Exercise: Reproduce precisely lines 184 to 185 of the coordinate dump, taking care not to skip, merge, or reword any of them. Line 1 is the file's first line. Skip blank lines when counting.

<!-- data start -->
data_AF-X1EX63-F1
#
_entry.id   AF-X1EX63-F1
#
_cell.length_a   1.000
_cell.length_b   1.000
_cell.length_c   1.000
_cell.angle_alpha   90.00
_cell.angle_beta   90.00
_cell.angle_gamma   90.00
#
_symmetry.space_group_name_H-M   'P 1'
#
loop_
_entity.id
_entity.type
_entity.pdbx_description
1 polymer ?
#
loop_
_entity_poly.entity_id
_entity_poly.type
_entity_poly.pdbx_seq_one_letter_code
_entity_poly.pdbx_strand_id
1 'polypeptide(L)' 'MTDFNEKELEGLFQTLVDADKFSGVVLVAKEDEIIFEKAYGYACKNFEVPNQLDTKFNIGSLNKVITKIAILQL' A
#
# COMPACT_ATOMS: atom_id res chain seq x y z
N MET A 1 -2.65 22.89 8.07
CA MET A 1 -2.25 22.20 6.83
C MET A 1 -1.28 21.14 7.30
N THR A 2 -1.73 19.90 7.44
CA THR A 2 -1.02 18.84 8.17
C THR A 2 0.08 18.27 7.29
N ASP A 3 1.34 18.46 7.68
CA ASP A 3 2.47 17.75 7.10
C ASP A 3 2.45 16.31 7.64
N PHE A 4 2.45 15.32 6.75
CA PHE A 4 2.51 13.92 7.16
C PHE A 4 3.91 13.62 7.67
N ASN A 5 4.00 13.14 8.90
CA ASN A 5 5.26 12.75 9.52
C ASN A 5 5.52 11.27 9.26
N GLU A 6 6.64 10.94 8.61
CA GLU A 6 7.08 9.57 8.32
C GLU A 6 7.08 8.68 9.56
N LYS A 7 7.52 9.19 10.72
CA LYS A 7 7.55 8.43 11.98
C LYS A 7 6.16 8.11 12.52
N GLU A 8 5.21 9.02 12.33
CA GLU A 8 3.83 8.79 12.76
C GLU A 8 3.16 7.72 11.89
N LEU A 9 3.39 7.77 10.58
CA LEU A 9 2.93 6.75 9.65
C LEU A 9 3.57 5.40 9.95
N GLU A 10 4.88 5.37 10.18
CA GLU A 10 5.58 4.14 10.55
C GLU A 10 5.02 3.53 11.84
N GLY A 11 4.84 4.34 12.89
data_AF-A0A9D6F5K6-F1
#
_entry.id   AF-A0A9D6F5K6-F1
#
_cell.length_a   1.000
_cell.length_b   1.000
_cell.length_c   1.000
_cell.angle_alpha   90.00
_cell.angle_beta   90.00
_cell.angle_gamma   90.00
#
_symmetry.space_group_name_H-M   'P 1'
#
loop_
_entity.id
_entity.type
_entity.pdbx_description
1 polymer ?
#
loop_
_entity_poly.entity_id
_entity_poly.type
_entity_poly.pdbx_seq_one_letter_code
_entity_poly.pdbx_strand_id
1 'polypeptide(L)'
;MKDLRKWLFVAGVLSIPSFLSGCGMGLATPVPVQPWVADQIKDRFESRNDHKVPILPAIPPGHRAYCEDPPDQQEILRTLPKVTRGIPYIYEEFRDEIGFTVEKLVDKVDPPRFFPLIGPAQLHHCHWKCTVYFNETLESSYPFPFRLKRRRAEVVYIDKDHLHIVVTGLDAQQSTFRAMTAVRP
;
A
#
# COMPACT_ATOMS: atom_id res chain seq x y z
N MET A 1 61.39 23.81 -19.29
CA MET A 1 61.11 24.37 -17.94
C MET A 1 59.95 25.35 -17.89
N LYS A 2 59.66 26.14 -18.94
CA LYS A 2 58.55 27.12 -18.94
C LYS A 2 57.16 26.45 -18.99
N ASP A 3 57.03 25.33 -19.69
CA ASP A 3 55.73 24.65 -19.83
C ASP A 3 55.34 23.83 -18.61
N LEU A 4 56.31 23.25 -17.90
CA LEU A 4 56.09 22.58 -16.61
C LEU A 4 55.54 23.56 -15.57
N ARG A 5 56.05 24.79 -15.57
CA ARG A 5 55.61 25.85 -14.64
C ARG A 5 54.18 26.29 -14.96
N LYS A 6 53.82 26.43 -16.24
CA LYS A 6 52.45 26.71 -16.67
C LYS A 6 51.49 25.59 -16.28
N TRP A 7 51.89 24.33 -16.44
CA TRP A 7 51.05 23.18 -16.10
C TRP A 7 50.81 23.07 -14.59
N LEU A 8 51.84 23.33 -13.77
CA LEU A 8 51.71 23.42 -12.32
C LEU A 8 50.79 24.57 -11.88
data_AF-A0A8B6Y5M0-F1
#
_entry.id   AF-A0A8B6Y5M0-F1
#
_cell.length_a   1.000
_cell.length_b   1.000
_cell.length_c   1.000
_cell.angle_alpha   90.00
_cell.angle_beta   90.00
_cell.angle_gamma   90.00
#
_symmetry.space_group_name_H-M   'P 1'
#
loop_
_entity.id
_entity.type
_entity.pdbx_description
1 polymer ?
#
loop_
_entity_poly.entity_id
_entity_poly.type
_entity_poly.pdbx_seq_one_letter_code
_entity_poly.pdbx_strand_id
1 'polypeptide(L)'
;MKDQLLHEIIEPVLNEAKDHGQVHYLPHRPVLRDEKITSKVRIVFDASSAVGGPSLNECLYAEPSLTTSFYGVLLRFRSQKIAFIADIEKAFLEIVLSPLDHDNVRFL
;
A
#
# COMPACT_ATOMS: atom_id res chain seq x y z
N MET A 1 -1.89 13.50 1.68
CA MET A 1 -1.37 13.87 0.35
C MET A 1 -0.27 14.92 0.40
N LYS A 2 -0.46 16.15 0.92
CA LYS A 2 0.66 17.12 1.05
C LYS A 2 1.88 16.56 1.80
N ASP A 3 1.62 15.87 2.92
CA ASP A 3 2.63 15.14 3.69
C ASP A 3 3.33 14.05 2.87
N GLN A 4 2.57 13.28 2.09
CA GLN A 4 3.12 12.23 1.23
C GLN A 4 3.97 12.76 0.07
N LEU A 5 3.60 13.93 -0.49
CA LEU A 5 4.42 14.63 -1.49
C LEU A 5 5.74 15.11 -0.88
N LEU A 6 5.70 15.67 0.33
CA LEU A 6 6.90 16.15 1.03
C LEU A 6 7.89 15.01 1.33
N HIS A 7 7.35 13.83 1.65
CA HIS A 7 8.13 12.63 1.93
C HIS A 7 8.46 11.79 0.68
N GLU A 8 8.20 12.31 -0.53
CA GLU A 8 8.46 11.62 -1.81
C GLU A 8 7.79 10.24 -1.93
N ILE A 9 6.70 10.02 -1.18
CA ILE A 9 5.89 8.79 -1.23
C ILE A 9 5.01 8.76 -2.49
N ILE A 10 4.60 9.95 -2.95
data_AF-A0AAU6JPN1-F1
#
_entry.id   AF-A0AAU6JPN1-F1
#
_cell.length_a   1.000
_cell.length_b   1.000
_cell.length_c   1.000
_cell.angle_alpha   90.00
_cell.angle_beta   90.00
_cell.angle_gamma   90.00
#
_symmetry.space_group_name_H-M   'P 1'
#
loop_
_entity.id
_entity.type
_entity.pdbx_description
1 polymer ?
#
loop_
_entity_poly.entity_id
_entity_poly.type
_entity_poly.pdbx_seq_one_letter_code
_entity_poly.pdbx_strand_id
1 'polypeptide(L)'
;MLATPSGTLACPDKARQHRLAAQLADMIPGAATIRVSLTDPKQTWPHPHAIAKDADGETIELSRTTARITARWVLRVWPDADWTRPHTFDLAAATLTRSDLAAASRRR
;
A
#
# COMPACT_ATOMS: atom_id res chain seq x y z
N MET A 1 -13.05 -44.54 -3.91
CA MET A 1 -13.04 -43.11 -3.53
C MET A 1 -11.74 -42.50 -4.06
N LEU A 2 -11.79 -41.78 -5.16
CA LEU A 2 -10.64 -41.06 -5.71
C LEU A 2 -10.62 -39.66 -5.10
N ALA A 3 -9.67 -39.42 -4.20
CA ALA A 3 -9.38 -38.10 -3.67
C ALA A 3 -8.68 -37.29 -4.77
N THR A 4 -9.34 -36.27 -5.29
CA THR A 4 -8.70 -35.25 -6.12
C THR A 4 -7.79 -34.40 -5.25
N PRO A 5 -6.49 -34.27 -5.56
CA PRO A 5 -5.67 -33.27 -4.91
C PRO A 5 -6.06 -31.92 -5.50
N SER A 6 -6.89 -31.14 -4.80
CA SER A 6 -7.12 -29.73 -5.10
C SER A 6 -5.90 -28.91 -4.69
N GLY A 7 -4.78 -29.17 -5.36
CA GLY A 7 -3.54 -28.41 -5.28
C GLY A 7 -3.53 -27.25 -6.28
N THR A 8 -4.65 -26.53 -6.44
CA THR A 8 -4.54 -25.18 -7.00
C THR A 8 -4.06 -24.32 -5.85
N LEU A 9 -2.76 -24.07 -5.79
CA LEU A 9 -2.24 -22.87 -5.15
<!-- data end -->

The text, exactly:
loop_
_entity.id